Since it first hit American roads in the late 1980's, BMW’s mighty-mite M3 has gained nearly half a ton, growing from a light-footed 2,800-pound four-cylinder into a 3,700-pound V8 monster that is still at the top of its game as far as performance is concerned, but a little bulky and a pricey proposition at $61,000.
Enter the 1 Series M Coupe, which for brevity’s sake we’ll call the 1M, but not the M1 because that was the name of a legendary BMW supercar from the late 1970's which we are not allowed to desecrate the memory of -- even if it is drawn only from images posted to the walls of 1980s-era teenagers, as only 400 or so were produced and no one has ever actually seen one in person.
Unicorns aside, the 1M is a return to BMW’s modern day roots as the maker of relatively affordable, but sublimely capable luxury sports cars that started life as everyday compact sedans, such as the 2002 tii and the original 3M…er, M3.
To create it, the folks in the company’s M division take a standard 1 Series, look at it for a few moments, chuckle at its relative impotence, then tear it apart and replace about 80 percent of the important stuff.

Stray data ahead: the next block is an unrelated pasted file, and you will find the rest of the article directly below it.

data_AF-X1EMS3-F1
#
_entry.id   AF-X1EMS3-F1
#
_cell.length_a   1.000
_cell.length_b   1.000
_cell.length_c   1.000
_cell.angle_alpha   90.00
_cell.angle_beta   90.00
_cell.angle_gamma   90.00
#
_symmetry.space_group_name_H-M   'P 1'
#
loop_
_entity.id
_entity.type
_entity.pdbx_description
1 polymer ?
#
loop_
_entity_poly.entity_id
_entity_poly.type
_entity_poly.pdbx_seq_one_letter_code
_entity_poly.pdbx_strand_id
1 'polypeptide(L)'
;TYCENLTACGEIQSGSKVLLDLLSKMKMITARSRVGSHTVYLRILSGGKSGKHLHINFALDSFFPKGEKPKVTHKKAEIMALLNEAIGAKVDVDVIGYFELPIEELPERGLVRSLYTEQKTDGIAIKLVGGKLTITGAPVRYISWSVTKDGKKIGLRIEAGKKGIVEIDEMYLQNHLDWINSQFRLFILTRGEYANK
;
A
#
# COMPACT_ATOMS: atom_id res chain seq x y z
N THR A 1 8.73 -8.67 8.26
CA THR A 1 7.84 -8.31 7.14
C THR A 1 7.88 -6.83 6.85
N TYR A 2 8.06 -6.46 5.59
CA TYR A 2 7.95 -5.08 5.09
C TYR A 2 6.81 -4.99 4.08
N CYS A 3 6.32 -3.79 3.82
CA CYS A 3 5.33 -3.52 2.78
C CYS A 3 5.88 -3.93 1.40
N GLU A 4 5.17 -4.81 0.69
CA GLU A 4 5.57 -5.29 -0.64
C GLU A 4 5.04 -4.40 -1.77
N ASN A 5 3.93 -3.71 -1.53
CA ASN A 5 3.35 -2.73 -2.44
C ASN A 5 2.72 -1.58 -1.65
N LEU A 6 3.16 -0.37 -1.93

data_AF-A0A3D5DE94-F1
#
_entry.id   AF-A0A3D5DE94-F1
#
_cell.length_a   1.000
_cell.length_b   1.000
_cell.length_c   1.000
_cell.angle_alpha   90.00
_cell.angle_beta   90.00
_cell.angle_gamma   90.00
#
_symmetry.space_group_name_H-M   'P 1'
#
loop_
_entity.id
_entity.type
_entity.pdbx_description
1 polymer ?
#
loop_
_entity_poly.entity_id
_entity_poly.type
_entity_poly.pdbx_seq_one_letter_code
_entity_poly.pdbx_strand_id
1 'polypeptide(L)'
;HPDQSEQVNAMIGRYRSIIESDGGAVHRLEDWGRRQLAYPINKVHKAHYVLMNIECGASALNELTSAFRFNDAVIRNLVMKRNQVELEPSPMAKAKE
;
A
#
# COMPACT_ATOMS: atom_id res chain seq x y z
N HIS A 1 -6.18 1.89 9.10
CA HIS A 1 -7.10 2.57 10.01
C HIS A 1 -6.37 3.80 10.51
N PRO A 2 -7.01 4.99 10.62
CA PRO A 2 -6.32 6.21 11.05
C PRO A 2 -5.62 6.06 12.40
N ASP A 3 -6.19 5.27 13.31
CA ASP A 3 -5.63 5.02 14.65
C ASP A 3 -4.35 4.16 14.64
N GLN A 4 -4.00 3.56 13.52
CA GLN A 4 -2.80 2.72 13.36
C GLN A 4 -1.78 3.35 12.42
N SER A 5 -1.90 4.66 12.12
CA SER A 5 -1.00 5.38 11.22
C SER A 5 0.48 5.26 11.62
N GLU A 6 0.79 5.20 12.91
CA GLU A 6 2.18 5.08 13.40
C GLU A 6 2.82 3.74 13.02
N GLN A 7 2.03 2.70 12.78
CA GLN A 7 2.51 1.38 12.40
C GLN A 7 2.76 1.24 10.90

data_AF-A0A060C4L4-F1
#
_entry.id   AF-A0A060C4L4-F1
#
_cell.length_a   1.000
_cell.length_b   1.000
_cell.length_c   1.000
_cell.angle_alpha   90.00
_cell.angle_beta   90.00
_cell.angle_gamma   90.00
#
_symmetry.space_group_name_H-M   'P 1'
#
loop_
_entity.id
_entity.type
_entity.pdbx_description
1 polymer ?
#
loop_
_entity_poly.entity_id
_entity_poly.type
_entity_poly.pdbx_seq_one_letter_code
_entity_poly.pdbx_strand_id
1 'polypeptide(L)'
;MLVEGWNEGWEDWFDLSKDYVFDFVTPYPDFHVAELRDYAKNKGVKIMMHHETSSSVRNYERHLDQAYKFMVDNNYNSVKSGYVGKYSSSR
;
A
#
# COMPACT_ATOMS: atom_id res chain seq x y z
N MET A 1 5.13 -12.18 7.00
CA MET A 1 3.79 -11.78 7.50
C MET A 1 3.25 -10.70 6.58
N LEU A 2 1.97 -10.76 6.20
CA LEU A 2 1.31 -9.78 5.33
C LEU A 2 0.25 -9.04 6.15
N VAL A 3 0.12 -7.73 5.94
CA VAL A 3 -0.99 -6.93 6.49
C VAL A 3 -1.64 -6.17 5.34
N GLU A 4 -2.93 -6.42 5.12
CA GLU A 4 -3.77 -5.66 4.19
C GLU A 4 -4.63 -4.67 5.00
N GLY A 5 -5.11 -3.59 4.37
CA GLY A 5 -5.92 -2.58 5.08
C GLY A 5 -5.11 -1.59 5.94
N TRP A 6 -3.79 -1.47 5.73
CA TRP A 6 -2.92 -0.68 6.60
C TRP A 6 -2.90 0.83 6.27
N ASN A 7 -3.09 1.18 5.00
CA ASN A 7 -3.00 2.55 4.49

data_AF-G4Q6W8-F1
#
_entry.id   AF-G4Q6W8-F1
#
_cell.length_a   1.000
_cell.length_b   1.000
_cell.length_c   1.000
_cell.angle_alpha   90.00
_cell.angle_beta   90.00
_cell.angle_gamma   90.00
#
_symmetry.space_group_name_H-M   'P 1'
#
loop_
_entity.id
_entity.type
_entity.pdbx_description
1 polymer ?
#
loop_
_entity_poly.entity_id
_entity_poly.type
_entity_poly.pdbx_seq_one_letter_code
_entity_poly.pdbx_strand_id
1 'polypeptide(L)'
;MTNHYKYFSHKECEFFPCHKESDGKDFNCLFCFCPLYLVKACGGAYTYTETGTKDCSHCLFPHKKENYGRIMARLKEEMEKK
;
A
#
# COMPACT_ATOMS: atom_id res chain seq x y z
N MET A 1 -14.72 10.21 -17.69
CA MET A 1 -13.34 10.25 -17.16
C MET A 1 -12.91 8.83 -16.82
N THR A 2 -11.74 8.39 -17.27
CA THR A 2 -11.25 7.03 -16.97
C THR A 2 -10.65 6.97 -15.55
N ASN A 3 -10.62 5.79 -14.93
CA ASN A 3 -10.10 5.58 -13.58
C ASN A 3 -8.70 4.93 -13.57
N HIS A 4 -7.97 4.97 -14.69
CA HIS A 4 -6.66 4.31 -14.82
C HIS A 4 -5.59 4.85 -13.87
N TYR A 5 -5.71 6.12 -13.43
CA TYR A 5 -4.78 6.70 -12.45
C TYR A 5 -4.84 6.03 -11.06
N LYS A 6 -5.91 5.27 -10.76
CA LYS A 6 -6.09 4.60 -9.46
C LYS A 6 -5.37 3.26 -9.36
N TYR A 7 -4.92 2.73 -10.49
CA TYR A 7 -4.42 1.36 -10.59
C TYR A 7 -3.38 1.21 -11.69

New fenders all around sport wide wheel arches that give the 1M the stance of a catamaran; the deep front fascia looks like the love child of a bumper and the front wing of a F1 car; and a huge trunk-mounted spoiler and upturned black diffuser with quad tailpipes sticking out of it create a rear end graphic that reminds one of a bird in heat – or at least that promo photo of Natalie Portman in “Black Swan.”
Like her tutu, the bodywork covers serious machinery underneath it. The rear axle, complete with its trick electronic differential, comes from the larger and heavier M3, as do the brakes and wheels wrapped in Michelin Pilot Sport 2 tires. A 335 hp twin-turbocharged inline-6 cylinder motor is borrowed from the only BMW with a worse name than the 1 Series M Coupe: the Z4 sDrive 35is.
To emphasize the point that this is a car for people who enjoy driving, and not just those looking for the fastest lap times, the 1M is available only with a 6-speed manual transmission rather than one of BMW’s high-tech dual-clutch automatics. That’s an old school and an increasingly rare treat.